leaving too much space for conversation.

He’s forgotten what conversation is like.
It’s obvious that they’ve noticed.

It seems almost backwards that twelve years have passed,
and yet the conversations have remained the same.
He is reminded all too well about why he left in the first place.

They try to engage him in their conversation,
try to ask him questions, but he remains silent.

They don’t want his answers.
Not his honest ones, at least.
Not the ones that don’t match theirs.

He is here for one purpose.
One purpose, and then he’s gone.

The sight of the house makes him want to reel and run,
it’s exactly the same as he remembers it,
except perhaps aged, and with less occupants.

The night will pass quickly.
One night, and that’s all.

The night passes quickly,
as does the morning,
as does the afternoon procession.

He doesn’t cry, and he almost feels guilty for it.
But he does not owe his tears to anyone.

He doesn’t stay afterwards.
They try to convince him to, he doesn’t.
He doesn’t have a purpose to anymore.

Not that it would have been enough.
Not that it had ever been enough.

As he departs, he leaves his coat,
his winter coat, which he’s had for thirteen years.
He doesn’t need it anymore.

It’s never cold in Eleria.

By Daisy Solace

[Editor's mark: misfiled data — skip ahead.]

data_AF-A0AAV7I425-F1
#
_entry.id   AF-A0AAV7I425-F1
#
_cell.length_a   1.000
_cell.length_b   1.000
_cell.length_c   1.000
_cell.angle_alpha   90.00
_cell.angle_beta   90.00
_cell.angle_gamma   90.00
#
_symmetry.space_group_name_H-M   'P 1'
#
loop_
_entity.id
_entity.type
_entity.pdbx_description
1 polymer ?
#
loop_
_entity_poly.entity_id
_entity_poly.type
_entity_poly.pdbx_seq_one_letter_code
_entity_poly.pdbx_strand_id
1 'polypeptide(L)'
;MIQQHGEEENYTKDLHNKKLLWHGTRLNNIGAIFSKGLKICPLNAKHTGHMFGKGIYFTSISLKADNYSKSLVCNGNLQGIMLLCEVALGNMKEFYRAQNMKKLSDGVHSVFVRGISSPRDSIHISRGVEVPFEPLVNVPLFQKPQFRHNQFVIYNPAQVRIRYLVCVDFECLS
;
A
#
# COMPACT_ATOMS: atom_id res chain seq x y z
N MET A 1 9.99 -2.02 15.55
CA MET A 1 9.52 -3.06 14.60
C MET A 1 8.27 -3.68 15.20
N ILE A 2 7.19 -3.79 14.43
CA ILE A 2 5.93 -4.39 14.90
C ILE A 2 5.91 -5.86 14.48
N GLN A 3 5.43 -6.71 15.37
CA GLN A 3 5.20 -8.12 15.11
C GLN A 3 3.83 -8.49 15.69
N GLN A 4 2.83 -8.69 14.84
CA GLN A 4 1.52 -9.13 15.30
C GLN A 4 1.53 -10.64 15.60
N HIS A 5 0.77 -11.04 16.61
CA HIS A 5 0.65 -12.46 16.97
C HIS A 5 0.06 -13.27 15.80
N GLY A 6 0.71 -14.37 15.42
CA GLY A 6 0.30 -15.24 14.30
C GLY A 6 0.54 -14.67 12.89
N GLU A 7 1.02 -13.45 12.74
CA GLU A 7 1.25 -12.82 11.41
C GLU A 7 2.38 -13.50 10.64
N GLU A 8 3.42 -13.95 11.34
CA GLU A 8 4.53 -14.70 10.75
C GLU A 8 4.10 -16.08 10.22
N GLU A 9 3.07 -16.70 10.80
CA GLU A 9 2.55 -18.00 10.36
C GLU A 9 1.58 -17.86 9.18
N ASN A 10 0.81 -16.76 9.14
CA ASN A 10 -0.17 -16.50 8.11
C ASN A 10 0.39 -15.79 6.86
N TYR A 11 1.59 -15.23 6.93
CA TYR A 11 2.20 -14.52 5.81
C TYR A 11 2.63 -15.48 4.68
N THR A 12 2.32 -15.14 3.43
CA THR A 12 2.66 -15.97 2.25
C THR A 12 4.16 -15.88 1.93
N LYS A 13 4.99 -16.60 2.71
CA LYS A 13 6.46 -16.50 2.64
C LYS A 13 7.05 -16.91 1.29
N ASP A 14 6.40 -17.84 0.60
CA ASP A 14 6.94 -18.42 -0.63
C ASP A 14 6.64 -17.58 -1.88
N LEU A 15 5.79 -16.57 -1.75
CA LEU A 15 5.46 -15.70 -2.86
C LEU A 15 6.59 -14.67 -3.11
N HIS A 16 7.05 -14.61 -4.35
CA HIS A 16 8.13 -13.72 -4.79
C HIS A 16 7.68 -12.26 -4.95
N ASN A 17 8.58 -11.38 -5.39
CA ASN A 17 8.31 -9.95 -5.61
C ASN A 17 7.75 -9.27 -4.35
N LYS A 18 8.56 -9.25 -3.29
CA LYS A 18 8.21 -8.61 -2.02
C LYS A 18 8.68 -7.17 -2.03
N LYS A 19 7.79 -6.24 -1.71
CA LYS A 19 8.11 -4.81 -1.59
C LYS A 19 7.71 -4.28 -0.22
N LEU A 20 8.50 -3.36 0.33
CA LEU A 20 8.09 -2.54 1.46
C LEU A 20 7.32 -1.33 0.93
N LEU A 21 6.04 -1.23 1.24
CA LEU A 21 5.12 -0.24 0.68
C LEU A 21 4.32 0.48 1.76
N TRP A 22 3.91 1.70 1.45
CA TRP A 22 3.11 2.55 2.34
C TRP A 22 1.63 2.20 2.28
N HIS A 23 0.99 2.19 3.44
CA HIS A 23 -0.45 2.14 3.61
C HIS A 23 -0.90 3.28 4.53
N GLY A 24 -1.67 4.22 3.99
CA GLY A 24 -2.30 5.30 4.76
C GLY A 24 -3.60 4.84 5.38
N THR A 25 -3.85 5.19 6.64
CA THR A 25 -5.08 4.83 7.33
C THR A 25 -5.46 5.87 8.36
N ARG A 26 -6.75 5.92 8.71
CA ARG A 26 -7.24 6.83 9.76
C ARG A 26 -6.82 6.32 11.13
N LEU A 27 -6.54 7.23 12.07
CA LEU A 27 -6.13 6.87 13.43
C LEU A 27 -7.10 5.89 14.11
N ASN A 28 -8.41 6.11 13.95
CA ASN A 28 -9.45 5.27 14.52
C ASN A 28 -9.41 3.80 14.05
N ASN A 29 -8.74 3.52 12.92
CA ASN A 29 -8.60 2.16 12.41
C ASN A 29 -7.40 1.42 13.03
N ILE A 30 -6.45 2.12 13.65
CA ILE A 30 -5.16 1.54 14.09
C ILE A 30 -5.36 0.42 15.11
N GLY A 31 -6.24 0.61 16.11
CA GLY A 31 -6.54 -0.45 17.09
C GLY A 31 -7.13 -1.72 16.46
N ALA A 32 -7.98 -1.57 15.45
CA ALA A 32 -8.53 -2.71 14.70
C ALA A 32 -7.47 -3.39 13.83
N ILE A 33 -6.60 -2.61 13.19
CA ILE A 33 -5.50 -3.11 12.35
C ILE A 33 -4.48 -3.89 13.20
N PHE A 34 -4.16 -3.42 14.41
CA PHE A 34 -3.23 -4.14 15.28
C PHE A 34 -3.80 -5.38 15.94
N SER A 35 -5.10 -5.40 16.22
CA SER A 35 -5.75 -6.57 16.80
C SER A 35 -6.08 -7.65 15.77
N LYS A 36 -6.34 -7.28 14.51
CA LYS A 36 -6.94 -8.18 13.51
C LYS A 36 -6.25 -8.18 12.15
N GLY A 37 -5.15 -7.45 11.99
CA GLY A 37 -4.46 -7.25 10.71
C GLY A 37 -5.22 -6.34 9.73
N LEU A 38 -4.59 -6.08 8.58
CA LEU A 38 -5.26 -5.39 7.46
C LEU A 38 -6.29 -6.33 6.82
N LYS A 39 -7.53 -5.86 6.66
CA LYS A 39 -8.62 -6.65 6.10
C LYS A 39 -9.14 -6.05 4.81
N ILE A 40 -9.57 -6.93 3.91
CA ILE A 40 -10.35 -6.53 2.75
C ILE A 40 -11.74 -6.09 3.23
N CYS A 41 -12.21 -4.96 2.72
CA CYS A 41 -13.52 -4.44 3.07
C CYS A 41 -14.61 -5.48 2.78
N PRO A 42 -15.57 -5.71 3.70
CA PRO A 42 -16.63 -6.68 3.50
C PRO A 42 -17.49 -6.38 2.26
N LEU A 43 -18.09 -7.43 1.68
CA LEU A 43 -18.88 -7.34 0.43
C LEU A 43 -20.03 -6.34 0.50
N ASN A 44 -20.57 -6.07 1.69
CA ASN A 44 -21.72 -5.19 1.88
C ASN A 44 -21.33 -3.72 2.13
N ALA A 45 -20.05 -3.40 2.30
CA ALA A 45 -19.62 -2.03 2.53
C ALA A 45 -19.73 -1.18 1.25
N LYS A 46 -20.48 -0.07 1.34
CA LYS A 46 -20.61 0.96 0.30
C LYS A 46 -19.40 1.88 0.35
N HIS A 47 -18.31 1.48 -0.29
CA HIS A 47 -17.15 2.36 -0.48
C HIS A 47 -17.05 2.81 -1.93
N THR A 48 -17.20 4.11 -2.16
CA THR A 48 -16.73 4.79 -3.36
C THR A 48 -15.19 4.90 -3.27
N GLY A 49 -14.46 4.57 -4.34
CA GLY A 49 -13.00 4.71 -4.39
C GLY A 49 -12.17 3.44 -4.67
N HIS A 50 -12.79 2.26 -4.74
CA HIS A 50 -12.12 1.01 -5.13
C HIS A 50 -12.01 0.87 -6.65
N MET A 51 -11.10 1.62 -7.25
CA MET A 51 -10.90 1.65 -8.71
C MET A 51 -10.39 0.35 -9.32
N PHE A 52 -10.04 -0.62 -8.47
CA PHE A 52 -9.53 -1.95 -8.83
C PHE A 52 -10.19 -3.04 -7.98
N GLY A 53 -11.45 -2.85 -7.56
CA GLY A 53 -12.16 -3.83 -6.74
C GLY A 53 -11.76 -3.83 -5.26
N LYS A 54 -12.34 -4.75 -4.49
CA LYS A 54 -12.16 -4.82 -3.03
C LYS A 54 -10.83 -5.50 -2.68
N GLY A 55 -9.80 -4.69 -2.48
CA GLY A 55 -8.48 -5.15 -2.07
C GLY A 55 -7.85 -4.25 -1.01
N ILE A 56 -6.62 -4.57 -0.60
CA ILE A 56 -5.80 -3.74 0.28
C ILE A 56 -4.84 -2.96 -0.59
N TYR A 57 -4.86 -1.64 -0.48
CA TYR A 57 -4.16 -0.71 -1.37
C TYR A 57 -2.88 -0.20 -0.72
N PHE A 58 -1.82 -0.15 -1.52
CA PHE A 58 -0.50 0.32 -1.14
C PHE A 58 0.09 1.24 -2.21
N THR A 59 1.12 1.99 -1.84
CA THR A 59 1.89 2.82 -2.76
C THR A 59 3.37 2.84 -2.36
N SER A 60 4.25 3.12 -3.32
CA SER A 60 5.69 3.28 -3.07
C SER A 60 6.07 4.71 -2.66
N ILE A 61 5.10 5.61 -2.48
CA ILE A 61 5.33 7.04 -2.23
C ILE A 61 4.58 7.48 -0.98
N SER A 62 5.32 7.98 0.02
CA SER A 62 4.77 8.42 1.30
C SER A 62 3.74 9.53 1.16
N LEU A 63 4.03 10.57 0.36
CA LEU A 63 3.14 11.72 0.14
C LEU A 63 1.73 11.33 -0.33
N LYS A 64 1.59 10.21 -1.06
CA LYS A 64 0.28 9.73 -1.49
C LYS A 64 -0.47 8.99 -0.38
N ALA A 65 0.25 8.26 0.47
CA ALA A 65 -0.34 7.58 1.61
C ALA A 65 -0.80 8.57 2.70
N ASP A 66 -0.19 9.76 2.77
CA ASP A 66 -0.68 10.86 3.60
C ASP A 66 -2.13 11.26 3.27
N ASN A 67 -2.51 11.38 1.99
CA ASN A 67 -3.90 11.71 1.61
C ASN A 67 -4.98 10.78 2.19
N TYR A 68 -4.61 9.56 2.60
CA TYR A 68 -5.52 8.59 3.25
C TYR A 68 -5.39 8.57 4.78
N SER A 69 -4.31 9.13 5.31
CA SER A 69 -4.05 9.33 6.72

Daisy is a queer woman of color. She is 20 years old and recently graduated from a robotics program. She has been writing poetry for years but never submitted poetry to literary magazines until rather recently. She loves the sun, cats, and all things bright and beautiful.

Talking Around The Problem By Jim Landwehr

Talking Around The Problem 

When geometry takes a backseat
to active shooting drills
and lock down exercises
We could have us a gun problem.

Or, when the student body
means one lying in the classroom
instead of the corporate whole.
We may have a gun problem.

Maybe when the suggested solution
to stopping the next school assassin
is to arm the English teacher.
We might just have us a gun problem.

If people speak about knives and bricks
as potential weapons of mass murder
“So are we going to ban those too?”
We certainly appear to have a gun problem.

When students become survivors
and stand up to NRA politicians
but still laws don’t change.
It’s safe to say we have a gun problem.

By Jim Landwehr